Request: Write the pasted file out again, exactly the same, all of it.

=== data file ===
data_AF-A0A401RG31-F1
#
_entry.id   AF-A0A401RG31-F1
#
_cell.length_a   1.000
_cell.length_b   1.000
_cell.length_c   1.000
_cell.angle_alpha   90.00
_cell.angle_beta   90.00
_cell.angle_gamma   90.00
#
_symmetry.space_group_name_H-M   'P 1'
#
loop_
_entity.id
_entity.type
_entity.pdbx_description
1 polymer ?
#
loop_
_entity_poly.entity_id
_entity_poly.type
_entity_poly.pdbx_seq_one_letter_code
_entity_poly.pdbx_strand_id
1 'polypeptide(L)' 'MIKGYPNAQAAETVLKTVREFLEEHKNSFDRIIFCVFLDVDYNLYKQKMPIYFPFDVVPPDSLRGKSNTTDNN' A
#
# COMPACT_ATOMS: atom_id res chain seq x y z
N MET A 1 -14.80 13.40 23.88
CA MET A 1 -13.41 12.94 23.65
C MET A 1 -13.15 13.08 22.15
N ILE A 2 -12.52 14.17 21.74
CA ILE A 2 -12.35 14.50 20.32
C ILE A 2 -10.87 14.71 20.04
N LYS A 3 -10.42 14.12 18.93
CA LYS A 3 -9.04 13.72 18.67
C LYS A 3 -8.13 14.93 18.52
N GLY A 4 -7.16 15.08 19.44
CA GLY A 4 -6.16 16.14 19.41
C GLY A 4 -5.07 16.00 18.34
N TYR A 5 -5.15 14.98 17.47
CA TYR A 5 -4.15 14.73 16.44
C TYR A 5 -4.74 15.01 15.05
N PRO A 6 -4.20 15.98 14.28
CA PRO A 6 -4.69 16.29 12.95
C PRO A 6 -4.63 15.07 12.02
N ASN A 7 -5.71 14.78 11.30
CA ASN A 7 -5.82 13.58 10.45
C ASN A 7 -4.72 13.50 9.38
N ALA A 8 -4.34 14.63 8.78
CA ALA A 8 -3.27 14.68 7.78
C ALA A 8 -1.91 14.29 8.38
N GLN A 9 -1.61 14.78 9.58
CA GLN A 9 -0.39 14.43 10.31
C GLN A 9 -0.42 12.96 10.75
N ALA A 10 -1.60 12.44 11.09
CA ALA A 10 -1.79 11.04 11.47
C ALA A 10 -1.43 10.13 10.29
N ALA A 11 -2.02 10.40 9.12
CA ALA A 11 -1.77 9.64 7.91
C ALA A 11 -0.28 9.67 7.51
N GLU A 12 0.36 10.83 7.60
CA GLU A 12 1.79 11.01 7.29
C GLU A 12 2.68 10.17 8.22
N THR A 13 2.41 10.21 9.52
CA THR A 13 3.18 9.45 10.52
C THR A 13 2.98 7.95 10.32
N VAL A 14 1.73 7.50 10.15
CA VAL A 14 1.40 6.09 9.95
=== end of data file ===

data_AF-A0A401RG31-F1
#
_entry.id   AF-A0A401RG31-F1
#
_cell.length_a   1.000
_cell.length_b   1.000
_cell.length_c   1.000
_cell.angle_alpha   90.00
_cell.angle_beta   90.00
_cell.angle_gamma   90.00
#
_symmetry.space_group_name_H-M   'P 1'
#
loop_
_entity.id
_entity.type
_entity.pdbx_description
1 polymer ?
#
loop_
_entity_poly.entity_id
_entity_poly.type
_entity_poly.pdbx_seq_one_letter_code
_entity_poly.pdbx_strand_id
1 'polypeptide(L)' 'MIKGYPNAQAAETVLKTVREFLEEHKNSFDRIIFCVFLDVDYNLYKQKMPIYFPFDVVPPDSLRGKSNTTDNN' A
#
# COMPACT_ATOMS: atom_id res chain seq x y z
N MET A 1 -14.80 13.40 23.88
CA MET A 1 -13.41 12.94 23.65
C MET A 1 -13.15 13.08 22.15
N ILE A 2 -12.52 14.17 21.74
CA ILE A 2 -12.35 14.50 20.32
C ILE A 2 -10.87 14.71 20.04
N LYS A 3 -10.42 14.12 18.93
CA LYS A 3 -9.04 13.72 18.67
C LYS A 3 -8.13 14.93 18.52
N GLY A 4 -7.16 15.08 19.44
CA GLY A 4 -6.16 16.14 19.41
C GLY A 4 -5.07 16.00 18.34
N TYR A 5 -5.15 14.98 17.47
CA TYR A 5 -4.15 14.73 16.44
C TYR A 5 -4.74 15.01 15.05
N PRO A 6 -4.20 15.98 14.28
CA PRO A 6 -4.69 16.29 12.95
C PRO A 6 -4.63 15.07 12.02
N ASN A 7 -5.71 14.78 11.30
CA ASN A 7 -5.82 13.58 10.45
C ASN A 7 -4.72 13.50 9.38
N ALA A 8 -4.34 14.63 8.78
CA ALA A 8 -3.27 14.68 7.78
C ALA A 8 -1.91 14.29 8.38
N GLN A 9 -1.61 14.78 9.58
CA GLN A 9 -0.39 14.43 10.31
C GLN A 9 -0.42 12.96 10.75
N ALA A 10 -1.60 12.44 11.09
CA ALA A 10 -1.79 11.04 11.47
C ALA A 10 -1.43 10.13 10.29
N ALA A 11 -2.02 10.40 9.12
CA ALA A 11 -1.77 9.64 7.91
C ALA A 11 -0.28 9.67 7.51
N GLU A 12 0.36 10.83 7.60
CA GLU A 12 1.79 11.01 7.29
C GLU A 12 2.68 10.17 8.22
N THR A 13 2.41 10.21 9.52
CA THR A 13 3.18 9.45 10.52
C THR A 13 2.98 7.95 10.32
N VAL A 14 1.73 7.50 10.15
CA VAL A 14 1.40 6.09 9.95